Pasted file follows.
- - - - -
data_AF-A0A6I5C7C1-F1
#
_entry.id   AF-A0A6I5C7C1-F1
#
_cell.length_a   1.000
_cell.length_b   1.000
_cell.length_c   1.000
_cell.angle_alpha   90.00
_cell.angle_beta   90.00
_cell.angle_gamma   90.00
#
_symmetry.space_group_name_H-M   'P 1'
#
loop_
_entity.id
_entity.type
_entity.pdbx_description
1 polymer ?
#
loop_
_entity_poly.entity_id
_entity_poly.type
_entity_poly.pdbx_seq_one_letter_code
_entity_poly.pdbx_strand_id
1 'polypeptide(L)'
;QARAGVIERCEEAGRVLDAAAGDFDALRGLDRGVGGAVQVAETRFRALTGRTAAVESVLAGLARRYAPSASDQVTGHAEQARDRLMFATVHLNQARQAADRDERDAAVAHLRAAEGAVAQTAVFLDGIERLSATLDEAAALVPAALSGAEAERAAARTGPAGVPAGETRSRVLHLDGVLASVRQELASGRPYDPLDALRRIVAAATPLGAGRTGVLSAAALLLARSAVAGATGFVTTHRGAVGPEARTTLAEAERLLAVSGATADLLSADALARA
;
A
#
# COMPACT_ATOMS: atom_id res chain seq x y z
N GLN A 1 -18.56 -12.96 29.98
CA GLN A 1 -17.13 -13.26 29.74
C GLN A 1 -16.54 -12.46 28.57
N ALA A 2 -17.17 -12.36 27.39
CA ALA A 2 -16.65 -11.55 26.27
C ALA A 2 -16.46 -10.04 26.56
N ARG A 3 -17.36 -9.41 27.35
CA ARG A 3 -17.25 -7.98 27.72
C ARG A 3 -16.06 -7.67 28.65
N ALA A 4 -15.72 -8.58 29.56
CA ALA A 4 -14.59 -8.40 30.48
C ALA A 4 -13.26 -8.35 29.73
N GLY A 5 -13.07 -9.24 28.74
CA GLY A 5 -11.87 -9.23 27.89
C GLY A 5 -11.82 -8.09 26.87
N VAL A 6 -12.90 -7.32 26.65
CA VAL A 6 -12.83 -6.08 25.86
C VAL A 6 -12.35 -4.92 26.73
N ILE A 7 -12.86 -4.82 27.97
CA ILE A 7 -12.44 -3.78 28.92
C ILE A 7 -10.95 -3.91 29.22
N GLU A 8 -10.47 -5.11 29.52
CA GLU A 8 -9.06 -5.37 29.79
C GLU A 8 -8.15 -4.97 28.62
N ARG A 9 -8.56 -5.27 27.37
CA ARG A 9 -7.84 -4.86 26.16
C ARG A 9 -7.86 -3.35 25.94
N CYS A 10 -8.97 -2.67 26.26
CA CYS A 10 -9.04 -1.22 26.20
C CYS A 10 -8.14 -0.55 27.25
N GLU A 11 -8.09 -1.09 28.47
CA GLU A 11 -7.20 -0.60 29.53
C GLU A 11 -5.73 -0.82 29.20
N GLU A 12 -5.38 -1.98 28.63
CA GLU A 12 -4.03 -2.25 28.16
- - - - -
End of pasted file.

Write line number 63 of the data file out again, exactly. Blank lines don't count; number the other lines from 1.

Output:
C GLU A 11 -5.73 -0.82 29.20